Health agency calls for stricter rules on cannabis edibles
You might not be able to buy cannabis-infused lollipops, gummy bears and certain types of cookies in Ottawa this October, when cannabis edibles will be legalized.
That’s the suggestion from Ottawa Public Health, who wants to see tougher rules around cannabis edible regulation before the products become available.
“We are looking at things from other jurisdictions, like prohibiting products that mimic some foods that are attractive to children,” Marino Francispillai, the program manager of school, community mental health and wellness for Ottawa Public Health, said in an interview on News and Views with Rob Snow.
In their regulations, Health Canada suggests that the packaging for edible products must include “standardized cannabis symbols”, a health warning message, and list the THC and CBD content. Edible products, they continue, must not appeal to children.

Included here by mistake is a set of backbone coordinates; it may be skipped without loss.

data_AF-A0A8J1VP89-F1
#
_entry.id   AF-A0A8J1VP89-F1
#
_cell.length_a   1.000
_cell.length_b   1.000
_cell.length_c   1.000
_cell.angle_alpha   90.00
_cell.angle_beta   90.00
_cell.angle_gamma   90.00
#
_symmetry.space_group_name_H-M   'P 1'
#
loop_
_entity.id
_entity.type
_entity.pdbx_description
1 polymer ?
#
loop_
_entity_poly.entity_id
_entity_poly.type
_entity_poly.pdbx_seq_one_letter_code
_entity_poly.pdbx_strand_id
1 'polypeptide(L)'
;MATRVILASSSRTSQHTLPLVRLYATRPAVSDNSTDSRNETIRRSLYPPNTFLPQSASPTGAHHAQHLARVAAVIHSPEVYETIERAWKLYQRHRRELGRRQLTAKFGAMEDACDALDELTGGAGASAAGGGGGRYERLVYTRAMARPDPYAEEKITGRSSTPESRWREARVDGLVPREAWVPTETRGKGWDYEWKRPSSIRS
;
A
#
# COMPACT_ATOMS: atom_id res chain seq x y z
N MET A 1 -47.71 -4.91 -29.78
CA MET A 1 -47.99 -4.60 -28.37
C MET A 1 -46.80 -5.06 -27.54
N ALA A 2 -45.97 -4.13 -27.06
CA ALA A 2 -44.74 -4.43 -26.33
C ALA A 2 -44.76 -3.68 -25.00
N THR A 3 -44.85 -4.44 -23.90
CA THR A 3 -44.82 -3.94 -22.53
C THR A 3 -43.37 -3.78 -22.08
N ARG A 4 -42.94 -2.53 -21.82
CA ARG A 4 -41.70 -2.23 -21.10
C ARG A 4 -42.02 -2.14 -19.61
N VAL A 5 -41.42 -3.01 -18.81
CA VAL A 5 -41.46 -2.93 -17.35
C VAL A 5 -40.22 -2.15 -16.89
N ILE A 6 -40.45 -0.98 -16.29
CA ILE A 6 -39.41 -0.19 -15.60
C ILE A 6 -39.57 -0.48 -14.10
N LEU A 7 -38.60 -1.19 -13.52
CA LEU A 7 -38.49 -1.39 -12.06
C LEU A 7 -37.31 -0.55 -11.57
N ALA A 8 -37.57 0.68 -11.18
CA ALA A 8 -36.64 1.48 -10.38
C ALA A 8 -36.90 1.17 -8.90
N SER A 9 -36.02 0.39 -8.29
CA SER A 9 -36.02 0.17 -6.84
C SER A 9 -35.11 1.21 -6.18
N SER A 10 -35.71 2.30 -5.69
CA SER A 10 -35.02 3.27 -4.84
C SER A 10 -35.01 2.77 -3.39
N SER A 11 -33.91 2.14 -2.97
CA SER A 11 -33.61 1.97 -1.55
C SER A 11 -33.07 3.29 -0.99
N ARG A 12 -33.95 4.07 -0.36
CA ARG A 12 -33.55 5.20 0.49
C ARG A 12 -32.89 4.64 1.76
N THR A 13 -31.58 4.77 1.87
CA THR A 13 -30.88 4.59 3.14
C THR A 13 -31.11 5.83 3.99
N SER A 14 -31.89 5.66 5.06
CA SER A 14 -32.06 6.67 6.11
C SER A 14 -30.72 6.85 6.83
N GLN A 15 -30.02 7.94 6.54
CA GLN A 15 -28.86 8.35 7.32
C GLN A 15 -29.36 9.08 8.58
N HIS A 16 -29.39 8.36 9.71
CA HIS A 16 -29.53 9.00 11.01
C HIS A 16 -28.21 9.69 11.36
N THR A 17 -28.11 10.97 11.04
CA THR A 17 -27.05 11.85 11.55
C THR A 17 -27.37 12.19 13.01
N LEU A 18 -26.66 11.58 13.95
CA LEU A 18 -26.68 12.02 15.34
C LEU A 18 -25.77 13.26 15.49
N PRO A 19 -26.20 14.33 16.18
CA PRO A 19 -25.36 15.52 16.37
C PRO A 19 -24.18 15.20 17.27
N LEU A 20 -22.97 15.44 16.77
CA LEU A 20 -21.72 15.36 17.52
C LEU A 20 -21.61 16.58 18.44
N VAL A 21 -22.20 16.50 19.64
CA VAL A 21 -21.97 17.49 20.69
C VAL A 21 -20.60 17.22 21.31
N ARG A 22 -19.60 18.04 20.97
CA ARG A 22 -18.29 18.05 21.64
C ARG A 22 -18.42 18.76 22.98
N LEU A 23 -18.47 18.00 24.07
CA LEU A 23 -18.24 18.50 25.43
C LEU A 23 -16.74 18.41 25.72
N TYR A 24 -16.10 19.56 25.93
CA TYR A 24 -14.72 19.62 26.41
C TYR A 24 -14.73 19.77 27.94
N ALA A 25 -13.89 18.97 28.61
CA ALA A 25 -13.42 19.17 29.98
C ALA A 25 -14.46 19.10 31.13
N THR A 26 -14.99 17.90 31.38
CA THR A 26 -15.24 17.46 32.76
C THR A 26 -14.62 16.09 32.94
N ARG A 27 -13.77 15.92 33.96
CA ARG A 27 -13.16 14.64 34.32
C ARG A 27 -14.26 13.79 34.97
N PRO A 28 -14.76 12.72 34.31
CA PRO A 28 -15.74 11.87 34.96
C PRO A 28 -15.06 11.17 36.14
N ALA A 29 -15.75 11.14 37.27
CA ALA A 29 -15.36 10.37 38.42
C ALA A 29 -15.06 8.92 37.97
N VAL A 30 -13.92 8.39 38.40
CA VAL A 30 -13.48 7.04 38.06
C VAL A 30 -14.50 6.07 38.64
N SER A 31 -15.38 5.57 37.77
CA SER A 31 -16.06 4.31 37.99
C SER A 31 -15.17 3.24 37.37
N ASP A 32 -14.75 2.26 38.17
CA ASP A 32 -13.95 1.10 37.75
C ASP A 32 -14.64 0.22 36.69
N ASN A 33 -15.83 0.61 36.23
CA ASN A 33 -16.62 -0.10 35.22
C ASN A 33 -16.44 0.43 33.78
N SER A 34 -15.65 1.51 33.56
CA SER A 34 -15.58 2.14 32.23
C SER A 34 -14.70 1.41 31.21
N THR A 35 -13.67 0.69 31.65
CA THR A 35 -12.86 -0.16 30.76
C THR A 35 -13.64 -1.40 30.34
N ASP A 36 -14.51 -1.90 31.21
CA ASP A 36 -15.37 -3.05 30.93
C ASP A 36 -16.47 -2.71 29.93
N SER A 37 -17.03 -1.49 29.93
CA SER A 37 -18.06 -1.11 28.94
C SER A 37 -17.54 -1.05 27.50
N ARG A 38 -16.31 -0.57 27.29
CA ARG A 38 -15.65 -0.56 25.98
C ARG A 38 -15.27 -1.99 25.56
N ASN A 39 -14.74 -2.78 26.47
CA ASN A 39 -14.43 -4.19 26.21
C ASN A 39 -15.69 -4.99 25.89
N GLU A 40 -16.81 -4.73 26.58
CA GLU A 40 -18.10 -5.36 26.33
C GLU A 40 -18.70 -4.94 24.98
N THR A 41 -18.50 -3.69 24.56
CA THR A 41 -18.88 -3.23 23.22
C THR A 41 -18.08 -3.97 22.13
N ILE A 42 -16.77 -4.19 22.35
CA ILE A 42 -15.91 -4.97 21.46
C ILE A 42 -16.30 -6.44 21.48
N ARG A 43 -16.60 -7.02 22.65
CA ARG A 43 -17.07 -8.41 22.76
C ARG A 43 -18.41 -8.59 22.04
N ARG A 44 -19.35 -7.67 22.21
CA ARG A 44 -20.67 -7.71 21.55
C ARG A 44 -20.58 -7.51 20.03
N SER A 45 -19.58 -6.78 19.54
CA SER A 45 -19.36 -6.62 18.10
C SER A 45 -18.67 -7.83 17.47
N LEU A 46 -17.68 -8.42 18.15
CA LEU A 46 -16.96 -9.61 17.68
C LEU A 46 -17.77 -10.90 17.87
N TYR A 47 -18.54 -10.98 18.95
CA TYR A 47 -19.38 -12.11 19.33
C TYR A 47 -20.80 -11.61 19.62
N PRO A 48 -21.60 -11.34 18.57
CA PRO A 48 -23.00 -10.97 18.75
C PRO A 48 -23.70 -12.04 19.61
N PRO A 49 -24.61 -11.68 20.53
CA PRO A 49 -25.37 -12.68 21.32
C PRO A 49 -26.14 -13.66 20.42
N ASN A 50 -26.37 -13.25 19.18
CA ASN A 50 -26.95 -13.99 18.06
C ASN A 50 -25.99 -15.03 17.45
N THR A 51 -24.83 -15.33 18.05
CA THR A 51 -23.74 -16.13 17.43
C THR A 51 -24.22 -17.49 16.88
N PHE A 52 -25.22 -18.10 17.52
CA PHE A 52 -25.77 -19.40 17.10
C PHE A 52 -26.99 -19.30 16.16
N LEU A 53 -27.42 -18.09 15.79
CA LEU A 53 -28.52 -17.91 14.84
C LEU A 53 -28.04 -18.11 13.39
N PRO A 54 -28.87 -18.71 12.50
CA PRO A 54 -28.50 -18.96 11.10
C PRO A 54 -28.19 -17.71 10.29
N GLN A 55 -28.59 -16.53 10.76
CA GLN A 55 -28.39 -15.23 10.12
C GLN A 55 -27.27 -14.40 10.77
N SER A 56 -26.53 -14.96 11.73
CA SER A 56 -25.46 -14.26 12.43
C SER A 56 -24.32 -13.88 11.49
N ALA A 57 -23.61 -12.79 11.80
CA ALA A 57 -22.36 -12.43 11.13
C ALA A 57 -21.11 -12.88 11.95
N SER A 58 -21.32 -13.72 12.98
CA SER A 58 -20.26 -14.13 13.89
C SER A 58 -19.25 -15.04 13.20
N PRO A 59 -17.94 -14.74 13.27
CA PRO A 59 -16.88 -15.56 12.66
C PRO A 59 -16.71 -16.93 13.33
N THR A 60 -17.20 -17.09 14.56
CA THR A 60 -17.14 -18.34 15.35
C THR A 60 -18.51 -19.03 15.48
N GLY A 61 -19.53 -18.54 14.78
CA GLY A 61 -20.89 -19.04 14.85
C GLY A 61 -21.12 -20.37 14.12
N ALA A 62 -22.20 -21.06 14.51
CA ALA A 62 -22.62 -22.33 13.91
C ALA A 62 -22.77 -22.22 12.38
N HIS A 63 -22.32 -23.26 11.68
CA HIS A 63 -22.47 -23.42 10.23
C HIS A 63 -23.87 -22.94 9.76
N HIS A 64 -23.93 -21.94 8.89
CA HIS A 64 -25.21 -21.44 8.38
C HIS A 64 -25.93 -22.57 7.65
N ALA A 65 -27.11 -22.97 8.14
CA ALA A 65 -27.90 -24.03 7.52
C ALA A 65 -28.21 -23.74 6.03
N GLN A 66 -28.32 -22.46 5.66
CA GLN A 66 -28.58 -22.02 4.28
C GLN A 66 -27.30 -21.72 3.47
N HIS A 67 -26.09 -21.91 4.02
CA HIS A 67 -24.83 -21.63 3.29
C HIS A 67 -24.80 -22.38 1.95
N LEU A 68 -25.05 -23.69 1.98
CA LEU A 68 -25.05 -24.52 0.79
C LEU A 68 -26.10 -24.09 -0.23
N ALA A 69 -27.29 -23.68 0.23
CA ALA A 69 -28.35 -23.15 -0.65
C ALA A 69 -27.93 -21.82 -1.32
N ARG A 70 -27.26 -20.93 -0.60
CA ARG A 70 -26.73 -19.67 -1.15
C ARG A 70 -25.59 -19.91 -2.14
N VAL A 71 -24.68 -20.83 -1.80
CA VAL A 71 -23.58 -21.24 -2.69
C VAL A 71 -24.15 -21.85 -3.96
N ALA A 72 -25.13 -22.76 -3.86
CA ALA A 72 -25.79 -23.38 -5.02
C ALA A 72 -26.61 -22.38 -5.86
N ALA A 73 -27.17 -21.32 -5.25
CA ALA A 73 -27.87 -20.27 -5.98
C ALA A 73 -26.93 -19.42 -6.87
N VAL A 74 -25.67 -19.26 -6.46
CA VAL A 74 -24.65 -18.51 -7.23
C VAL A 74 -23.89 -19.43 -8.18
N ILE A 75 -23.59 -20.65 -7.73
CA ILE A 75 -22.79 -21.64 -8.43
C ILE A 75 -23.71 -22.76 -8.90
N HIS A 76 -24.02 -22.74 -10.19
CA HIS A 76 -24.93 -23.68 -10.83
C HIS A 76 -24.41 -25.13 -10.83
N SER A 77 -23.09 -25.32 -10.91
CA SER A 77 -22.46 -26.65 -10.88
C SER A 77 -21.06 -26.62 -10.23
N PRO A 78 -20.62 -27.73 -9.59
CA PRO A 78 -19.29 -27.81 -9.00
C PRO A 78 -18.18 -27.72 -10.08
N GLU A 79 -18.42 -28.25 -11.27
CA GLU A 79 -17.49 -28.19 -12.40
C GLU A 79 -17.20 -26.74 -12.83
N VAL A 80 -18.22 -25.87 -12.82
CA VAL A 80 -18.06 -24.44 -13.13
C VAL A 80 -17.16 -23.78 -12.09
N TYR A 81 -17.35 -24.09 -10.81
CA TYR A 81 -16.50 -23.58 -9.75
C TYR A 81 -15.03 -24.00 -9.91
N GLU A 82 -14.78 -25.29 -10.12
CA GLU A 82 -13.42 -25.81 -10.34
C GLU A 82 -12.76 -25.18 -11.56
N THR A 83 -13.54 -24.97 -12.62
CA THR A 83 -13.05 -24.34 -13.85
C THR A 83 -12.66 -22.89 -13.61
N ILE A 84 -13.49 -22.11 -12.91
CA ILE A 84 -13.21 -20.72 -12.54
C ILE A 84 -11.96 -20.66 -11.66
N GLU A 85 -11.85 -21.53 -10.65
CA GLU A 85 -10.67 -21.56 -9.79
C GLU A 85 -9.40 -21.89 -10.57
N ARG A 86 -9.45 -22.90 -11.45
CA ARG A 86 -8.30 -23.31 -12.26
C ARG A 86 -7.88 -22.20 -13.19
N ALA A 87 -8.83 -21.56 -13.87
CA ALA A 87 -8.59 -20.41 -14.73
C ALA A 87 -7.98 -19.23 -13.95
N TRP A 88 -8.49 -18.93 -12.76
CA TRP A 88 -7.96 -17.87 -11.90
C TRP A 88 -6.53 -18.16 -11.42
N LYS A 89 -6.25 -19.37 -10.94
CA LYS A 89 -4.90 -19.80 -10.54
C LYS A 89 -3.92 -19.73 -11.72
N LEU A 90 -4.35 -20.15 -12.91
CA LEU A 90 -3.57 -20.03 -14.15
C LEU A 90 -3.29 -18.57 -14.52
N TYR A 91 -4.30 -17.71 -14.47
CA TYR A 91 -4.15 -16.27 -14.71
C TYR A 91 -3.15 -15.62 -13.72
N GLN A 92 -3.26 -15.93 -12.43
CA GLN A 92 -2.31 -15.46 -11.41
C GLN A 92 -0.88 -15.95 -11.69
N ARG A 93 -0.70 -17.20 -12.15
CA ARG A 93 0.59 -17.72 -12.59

But, Francispillai said, these regulations do not go far enough to protect Ottawa’s children.
“How do we make sure that we have something that is imprinted on these products so we know that it's cannabis and it's not something else,” he said.
The OPH report, that is being presented to also recommends that extracts sold in the city do not use any flavouring agents that could make the products more appealing to a younger audience.
What the federal agency has done right so far, Francispillai said, was set the concentration limit for edible products to 10 milligrams.
Francispillai said it is better for the city of Ottawa to impose strict regulations at the beginning of cannabis edible legalization, because they can be loosened if need be down the road.
Cannabis edible products are not yet available in legal Canadian pot shops. The federal government agreed to postpone their legalization until this October, giving experts an additional year to study how and where edible products should be sold.
There is no law, however, that stops buyers from using buds and oils to create their own.